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Eating Smart

With Diet Plans, There's No Free Lunch

July 19, 1999|SHELDON MARGEN and DALE A. OGAR | Dr. Sheldon Margen is professor of public health at UC Berkeley; Dale A. Ogar is managing editor of the UC Berkeley Wellness Letter. They are the authors of several books, including "The Wellness Encyclopedia of Food and Nutrition."

Did you hear the one about the writer who discovered a magic lamp?

When the genie told him that he had three wishes, he asked for wealth, fame and to write a book that would be on the New York Times bestseller list for 10 years.

Suddenly there was a puff of smoke, the sound of thunder and --shazaam--the writer was holding a hardcover book with his name on it titled "How to Lose Weight Without Any Effort Whatsoever or Without Giving Up Anything You Like to Eat."

Then the genie roared with laughter. "You were very foolish. You wasted two wishes. Everybody knows that if you just think up a new diet plan, you will automatically have a bestseller and become rich and famous."

"But genie," the writer cried, "what happens when the people find out the plan doesn't really work?"

"Simple, my friend: Hire some celebrities and have them give testimonials on television. It gets them every time!"

And thus it happens that every so often, in this land of compulsive dieting, the people will succumb to anything that promises a quick fix for a lifetime of bad habits.

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The list of books and programs and machines and pills put before the American public is mind-boggling, confusing and often dangerous: The grapefruit-only diet; the anything-but-grapefruit diet; the everything-including-grapefruit diet; the lose-weight-while-you-sleep diet; and the magic pill that will melt pounds off if it doesn't kill you first.

And then there are "Protein Power," "The Carbohydrate Addict's Diet," "The Zone" and "Dr. Atkins' New Diet Revolution," which is really a rehash of the old diet revolution he published in 1972.

This stuff is like fingernails on a chalkboard. "Lose weight with a high-protein, high-fat, low-carbohydrate diet!" Sounds great, but, unfortunately, the principle runs completely counter to everything the scientific and medical community has been saying for decades about diet and dieting.

Or how about this one? "Eat Right 4 Your Blood Type." The best thing you can say about this scheme is that it's original. Beyond that, it is born entirely of fantasy. Dr. Peter D'Adamo, who wrote this bestseller, postulates that each blood type (O, B, A, AB) has different nutritional needs and forbidden foods. Type As, for example, cannot eat oranges; Type Bs have to give up pinto beans and wild rice; Type Os should never eat corn.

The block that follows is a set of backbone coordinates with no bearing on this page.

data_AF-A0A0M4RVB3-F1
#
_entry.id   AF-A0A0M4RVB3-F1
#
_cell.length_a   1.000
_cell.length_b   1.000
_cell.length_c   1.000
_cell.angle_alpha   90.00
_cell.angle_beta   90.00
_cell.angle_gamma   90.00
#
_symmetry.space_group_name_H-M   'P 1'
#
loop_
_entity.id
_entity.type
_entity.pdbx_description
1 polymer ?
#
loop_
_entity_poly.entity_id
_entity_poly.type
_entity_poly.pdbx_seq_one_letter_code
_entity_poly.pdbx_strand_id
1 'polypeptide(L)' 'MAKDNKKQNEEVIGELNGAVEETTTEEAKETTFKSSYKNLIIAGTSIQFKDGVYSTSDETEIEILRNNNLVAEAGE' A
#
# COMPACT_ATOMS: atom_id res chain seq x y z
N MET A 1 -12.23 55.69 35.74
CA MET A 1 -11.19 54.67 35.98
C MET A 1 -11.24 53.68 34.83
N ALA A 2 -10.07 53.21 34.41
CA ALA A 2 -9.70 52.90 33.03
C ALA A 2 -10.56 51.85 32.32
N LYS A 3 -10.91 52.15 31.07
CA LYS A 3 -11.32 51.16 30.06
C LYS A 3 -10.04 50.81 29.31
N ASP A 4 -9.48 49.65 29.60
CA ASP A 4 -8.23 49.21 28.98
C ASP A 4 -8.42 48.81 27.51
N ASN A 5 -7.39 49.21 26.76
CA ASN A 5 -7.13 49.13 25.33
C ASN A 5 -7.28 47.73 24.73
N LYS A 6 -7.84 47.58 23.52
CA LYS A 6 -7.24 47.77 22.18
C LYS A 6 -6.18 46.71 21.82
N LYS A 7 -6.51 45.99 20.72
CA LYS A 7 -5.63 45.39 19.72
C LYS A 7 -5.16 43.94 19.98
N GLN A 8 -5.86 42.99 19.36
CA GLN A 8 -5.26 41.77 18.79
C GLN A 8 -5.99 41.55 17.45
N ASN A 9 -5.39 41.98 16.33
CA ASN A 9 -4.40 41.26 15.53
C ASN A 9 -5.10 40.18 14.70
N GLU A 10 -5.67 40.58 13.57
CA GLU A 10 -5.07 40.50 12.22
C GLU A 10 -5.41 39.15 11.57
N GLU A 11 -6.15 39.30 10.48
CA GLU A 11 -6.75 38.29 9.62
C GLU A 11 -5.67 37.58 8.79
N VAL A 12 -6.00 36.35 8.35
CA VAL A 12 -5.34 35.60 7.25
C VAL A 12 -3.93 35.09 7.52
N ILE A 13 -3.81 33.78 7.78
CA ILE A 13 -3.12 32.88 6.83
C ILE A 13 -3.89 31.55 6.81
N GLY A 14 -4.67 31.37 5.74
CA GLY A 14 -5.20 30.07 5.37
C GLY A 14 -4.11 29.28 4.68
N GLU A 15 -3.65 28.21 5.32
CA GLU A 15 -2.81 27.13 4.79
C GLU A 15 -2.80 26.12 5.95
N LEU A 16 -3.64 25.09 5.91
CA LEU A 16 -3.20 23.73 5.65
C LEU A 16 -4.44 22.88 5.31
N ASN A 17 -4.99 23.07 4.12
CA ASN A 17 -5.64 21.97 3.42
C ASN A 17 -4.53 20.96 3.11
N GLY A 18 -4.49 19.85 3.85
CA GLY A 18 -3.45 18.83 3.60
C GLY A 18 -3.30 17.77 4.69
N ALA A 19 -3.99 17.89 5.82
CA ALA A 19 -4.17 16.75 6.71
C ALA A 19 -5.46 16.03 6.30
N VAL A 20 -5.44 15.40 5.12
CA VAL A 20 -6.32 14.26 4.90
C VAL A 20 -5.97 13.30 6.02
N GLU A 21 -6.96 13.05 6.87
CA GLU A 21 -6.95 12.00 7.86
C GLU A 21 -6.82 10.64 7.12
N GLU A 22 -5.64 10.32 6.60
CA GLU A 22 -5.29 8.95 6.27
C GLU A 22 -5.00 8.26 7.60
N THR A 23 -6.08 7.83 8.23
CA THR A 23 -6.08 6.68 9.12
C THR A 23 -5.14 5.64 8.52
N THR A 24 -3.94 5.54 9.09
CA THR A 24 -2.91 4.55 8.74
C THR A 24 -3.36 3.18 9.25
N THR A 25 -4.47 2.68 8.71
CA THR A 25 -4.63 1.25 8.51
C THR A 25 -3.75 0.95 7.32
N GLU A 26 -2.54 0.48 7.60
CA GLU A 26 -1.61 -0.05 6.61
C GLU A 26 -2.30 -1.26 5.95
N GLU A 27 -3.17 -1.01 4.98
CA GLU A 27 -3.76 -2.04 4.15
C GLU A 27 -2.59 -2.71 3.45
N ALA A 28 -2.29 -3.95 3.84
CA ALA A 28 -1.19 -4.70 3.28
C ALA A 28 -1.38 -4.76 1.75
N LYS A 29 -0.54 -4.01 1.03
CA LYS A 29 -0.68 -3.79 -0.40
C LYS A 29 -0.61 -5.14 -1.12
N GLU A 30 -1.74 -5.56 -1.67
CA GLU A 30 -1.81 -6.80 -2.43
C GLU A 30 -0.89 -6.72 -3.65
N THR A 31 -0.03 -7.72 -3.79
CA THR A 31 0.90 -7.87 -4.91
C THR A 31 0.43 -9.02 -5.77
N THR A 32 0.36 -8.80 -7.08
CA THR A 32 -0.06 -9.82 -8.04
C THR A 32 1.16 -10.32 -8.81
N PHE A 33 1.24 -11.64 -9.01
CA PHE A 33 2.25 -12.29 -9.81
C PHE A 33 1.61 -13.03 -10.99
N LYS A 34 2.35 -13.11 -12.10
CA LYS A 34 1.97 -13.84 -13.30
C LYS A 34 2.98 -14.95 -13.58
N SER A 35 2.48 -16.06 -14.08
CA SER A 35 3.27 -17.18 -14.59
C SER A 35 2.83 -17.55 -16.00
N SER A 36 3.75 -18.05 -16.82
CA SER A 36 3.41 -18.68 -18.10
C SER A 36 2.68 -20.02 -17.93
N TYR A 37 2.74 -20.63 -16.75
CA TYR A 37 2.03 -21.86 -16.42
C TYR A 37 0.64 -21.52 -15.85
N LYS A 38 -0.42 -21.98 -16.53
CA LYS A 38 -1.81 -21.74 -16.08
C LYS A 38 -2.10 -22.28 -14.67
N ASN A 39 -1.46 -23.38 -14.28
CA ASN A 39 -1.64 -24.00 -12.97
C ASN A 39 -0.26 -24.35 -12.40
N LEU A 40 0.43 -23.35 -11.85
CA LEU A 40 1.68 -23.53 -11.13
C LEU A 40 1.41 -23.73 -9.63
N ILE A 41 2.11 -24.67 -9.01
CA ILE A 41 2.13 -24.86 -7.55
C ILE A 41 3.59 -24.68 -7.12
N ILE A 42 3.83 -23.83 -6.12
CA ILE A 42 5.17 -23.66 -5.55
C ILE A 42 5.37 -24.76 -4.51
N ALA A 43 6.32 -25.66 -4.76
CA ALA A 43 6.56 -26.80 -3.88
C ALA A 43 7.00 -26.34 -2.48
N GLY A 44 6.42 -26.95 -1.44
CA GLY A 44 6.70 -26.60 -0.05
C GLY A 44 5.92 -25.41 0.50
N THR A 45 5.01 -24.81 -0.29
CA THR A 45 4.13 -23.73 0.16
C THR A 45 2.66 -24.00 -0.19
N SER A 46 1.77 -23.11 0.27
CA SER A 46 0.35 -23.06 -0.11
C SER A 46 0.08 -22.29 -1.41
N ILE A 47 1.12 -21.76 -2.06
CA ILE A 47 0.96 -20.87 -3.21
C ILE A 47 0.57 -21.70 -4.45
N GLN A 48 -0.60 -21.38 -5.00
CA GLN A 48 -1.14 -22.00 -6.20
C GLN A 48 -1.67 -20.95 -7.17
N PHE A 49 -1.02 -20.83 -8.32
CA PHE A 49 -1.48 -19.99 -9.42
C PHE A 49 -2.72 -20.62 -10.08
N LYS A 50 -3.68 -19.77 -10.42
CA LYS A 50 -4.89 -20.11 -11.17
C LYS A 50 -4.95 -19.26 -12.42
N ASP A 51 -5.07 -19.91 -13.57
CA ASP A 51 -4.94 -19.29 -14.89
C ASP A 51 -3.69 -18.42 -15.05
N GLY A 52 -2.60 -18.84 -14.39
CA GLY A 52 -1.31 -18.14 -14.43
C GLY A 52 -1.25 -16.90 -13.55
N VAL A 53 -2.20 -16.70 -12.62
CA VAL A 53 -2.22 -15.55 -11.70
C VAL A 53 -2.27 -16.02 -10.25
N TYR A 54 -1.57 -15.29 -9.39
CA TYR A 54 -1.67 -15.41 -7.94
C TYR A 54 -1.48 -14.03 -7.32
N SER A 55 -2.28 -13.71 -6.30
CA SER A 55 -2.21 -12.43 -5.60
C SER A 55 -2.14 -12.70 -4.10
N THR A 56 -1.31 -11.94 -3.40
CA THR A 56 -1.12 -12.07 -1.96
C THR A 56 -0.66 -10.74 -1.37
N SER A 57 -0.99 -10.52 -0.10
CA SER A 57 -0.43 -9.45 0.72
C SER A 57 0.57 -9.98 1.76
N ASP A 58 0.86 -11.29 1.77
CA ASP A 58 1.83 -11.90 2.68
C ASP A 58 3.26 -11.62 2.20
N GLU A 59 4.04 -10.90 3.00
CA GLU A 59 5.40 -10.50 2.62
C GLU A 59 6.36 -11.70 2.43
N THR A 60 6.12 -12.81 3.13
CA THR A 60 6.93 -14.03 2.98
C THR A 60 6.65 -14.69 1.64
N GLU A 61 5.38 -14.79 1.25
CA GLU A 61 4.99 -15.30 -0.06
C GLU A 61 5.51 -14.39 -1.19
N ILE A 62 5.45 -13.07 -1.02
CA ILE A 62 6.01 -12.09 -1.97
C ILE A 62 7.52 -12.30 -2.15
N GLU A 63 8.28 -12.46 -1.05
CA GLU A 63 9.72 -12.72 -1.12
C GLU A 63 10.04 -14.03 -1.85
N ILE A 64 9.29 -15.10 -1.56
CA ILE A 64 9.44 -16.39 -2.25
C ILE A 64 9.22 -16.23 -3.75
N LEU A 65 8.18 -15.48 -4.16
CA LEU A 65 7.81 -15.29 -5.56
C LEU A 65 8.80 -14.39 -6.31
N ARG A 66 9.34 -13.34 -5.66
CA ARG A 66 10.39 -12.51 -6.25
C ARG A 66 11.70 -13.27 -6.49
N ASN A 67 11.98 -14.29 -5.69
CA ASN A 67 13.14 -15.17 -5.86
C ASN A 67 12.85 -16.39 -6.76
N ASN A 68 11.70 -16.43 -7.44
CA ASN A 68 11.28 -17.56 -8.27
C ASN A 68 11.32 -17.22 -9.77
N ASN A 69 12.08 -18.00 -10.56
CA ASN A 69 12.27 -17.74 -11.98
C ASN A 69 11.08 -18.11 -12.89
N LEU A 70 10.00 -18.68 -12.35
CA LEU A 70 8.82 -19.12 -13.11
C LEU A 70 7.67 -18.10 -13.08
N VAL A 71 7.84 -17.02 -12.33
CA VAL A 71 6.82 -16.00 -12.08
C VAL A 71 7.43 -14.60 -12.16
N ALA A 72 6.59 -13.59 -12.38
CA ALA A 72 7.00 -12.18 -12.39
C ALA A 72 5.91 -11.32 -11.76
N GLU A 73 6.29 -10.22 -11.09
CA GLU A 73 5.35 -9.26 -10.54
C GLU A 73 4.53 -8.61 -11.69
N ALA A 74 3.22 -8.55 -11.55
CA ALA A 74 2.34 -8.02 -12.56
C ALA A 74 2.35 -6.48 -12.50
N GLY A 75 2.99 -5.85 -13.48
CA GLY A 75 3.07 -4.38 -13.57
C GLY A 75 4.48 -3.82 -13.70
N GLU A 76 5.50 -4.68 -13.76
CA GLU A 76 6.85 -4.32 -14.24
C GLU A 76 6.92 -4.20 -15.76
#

This theory is based on some theories of what folks ate thousands of years ago, although there's not much agreement on whether any of the theories are true. However, because this diet is low in calories, its followers may lose weight for awhile. The real question is why buy this book, just to cut down on calories? The only time that your blood type should matter, at all, is if you're donating or receiving blood.

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You can also save your money by not buying any machines advertised as "spot reducers" or any gadget that promises to tone your body and help you lose weight without exercise or while you sleep. Some laws of physics would have to be violated for that to work.

And the diet plans that are "guaranteed to take off a pound a day"? Even if they worked, they would be extremely dangerous. A sensible weight-loss plan should allow you to lose no more than two pounds a week.

And who can forget fen-phen, now off the market? It was supposed to be the magic bullet.

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Instead of jumping on these bandwagons and hoping they don't crash while you're on board, why not make peace with the fact that losing weight is difficult, it's no fun and there are no shortcuts.

According to the Federal Trade Commission, the following claims (among others) should send up a red flag:

* "Lose 30 pounds in just 30 days." The faster you lose it, the more likely you'll gain it back.

* "Jane Smith lost 80 pounds in six weeks." Even if Jane Smith did (which is doubtful), this has nothing to do with any other individual's weight-loss prospects.

* "Scientific breakthrough--medical miracle." Sorry, no such thing.

* "Guaranteed weight loss, or your money back." There's a nice bridge here that's for sale if you're interested.

There is only one way to lose weight safely and permanently. You must reduce your calories and increase your exercise. You must consume a balanced diet that is low in fat, high in fruits, vegetables and whole grains, contains adequate (but not excessive) amounts of protein. And you must engage in regular, sustained exercise.

This advice is admittedly boring, hard to follow and produces slow results. But look on the bright side: It didn't cost you $35 at the bookstore, you don't have to buy any equipment and best of all, it will work.

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